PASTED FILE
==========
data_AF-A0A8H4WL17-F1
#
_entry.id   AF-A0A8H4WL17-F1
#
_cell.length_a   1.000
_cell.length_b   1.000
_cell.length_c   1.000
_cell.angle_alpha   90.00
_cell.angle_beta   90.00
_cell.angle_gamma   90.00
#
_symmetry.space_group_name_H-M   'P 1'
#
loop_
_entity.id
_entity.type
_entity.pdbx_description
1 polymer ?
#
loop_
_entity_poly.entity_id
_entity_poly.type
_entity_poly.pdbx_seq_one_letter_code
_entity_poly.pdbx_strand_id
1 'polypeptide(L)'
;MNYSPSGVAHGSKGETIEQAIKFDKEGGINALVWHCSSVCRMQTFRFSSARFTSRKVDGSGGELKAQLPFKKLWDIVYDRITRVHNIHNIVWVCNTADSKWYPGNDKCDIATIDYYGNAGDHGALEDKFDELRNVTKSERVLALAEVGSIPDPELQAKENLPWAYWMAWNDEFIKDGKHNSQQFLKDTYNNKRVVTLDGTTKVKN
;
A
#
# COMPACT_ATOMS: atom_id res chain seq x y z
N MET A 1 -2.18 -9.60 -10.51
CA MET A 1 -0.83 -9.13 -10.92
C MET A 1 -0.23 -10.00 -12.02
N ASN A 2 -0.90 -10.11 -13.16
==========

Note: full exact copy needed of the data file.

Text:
data_AF-A0A8H4WL17-F1
#
_entry.id   AF-A0A8H4WL17-F1
#
_cell.length_a   1.000
_cell.length_b   1.000
_cell.length_c   1.000
_cell.angle_alpha   90.00
_cell.angle_beta   90.00
_cell.angle_gamma   90.00
#
_symmetry.space_group_name_H-M   'P 1'
#
loop_
_entity.id
_entity.type
_entity.pdbx_description
1 polymer ?
#
loop_
_entity_poly.entity_id
_entity_poly.type
_entity_poly.pdbx_seq_one_letter_code
_entity_poly.pdbx_strand_id
1 'polypeptide(L)'
;MNYSPSGVAHGSKGETIEQAIKFDKEGGINALVWHCSSVCRMQTFRFSSARFTSRKVDGSGGELKAQLPFKKLWDIVYDRITRVHNIHNIVWVCNTADSKWYPGNDKCDIATIDYYGNAGDHGALEDKFDELRNVTKSERVLALAEVGSIPDPELQAKENLPWAYWMAWNDEFIKDGKHNSQQFLKDTYNNKRVVTLDGTTKVKN
;
A
#
# COMPACT_ATOMS: atom_id res chain seq x y z
N MET A 1 -2.18 -9.60 -10.51
CA MET A 1 -0.83 -9.13 -10.92
C MET A 1 -0.23 -10.00 -12.02
N ASN A 2 -0.90 -10.11 -13.16